Garnett Genuis writes: Reviewing Bill C-7 on euthanasia Reviewed by Momizat on . I’ve been getting a lot of calls about the government’s recently re-introduced euthanasia bill (officially called “medical assistance in dying” in the Criminal I’ve been getting a lot of calls about the government’s recently re-introduced euthanasia bill (officially called “medical assistance in dying” in the Criminal Rating:
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Garnett Genuis writes: Reviewing Bill C-7 on euthanasia

Garnett Genuis writes: Reviewing Bill C-7 on euthanasia

I’ve been getting a lot of calls about the government’s recently re-introduced euthanasia bill (officially called “medical assistance in dying” in the Criminal Code in Canada).
Prior to the prorogation of Parliament in August, Parliament briefly debated Bill C-7. Following prorogation, on Oct. 5, the government re-introduced the same bill in identical form. This bill would significantly expand the availability of euthanasia in Canada and remove safeguards that the government described as vital only four years ago.
Parts of this bill respond to a Quebec court decision. The Truchon decision struck down the requirement that death be “reasonably foreseeable”. The government could have appealed that decision to the Supreme Court, but instead chose not to and simply adopted the lower court’s decision into law. Unfortunately, the government also went further and chose to remove additional safeguards that are completely unrelated to that court decision.
There are three ways that this bill removes safeguards that are unrelated to the Truchon decision:
First, this new law would effectively allow for “same-day death”. In other words, it would allow a person to undergo death the very same day that the person requests it. The law achieves this by removing the current ten-day reflection period, which can already be waived in certain circumstances. This change raises the concern that a person, experiencing a significant but temporary low in their condition, could be rushed through the euthanasia process without having time to fully consider their options or to receive other forms of support.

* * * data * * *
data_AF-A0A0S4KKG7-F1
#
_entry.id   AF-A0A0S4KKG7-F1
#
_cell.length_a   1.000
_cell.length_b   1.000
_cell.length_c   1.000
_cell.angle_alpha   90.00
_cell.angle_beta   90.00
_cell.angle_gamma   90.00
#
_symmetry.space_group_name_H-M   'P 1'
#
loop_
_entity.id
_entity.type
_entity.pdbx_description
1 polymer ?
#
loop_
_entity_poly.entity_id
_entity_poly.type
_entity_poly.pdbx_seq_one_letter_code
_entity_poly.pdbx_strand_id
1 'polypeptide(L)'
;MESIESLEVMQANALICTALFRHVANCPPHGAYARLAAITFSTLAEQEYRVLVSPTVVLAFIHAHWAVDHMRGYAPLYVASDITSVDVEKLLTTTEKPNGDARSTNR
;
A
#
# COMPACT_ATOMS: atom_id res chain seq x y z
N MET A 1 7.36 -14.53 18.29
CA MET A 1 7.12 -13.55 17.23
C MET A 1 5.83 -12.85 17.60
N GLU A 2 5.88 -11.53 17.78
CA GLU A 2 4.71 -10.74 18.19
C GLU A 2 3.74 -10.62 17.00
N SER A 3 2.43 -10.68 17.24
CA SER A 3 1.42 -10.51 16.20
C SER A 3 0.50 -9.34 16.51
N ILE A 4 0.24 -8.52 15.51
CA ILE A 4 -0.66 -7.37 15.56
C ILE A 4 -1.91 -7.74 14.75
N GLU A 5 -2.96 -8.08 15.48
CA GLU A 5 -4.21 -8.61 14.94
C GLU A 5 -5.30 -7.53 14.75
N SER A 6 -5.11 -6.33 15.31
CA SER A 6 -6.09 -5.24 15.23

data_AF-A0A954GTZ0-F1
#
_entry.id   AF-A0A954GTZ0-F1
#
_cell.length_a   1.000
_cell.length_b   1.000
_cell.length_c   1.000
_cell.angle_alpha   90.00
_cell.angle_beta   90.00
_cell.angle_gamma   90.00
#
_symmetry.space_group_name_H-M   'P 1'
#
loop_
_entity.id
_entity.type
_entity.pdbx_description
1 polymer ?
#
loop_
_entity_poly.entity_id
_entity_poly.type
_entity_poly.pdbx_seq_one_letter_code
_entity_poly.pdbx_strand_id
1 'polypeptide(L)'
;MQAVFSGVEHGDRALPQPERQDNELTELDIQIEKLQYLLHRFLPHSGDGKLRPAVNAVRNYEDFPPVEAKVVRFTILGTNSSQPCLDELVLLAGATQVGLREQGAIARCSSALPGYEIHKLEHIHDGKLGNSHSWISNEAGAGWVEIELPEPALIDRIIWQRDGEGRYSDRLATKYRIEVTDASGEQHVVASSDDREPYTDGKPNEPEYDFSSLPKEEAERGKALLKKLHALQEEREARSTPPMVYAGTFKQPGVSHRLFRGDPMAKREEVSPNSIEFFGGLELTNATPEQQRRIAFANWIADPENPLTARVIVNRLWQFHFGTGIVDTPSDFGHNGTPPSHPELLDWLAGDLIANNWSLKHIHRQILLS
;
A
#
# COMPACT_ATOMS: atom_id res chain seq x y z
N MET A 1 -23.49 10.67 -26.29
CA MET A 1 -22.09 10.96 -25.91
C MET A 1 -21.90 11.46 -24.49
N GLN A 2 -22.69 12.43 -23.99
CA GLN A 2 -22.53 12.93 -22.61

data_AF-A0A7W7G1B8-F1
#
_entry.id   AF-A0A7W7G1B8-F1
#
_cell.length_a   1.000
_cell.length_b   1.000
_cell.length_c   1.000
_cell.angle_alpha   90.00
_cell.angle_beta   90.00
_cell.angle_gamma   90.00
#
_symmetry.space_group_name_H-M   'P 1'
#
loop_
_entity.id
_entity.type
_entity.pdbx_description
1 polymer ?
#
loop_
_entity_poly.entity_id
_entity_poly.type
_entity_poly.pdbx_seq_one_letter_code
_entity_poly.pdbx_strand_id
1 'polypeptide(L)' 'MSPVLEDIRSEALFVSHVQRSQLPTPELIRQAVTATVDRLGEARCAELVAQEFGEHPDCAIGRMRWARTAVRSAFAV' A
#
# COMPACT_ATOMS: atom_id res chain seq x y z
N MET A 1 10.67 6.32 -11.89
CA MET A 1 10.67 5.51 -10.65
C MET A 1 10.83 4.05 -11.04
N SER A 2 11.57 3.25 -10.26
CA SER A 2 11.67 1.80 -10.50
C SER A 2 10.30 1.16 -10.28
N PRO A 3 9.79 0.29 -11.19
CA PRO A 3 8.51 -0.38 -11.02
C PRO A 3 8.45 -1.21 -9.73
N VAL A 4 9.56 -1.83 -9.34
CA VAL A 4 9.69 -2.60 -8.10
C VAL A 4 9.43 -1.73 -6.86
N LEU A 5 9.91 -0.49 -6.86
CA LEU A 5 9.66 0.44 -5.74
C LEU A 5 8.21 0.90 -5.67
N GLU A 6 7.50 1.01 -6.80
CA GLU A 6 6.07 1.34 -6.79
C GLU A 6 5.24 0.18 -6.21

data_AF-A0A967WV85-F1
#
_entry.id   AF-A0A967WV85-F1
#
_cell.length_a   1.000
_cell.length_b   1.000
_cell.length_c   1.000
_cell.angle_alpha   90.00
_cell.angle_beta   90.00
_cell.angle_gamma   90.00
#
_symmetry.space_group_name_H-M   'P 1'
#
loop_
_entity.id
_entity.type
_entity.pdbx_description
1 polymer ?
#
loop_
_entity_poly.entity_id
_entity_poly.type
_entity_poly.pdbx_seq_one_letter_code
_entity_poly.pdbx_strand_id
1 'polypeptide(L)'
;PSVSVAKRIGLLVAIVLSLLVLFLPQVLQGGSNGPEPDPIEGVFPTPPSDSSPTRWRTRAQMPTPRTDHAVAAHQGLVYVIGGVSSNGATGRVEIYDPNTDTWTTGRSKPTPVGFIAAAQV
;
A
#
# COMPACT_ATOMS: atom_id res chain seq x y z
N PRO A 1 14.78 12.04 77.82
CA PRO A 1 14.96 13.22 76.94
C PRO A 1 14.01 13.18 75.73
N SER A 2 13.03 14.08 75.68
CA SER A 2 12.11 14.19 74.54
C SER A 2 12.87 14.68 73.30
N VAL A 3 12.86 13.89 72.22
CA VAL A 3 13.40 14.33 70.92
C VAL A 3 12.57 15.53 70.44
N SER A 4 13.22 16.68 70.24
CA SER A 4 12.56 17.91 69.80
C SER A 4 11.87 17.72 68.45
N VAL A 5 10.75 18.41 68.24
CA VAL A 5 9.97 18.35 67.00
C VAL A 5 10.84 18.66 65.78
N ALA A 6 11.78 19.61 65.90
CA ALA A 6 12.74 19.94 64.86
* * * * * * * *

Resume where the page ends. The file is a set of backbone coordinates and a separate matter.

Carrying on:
Secondly, this new law would allow death without contemporaneous consent. If a person had made a request in advance, there are certain circumstances in which a person could have their life ended without having a chance to change their mind at the last moment. This is a problem especially insofar as people may adapt to circumstances in ways that they had not previously expected.
Thirdly, this proposed law would alter the requirement for two independent witnesses. Reducing the number of independent witnesses from two to one increases the risk of abuse. It’s hard to imagine that the requirement of a second independent witness would amount to a serious impediment for those seeking to be euthanized.
Aside from the particular provisions of this legislation, the government’s focus on this issue raises questions about the government’s priorities. COVID-19 has revealed many gaps in terms of long-term care and palliative care in Canada. It has been shown that, in many cases, seniors who wish to stay alive and want to have any pain they experience managed effectively are not receiving the support that they need. It’s hard to argue that this is about “autonomy” when so much emphasis is put on making one choice (death) easier, but there is not a commensurate focus on making the other option (life) easier. People do not make choices about euthanasia in a vacuum – they consider the alternatives that are in front of them. So we need to do better to ensure that our seniors have the true options they deserve
I welcome your continuing feedback on this important and challenging issue.

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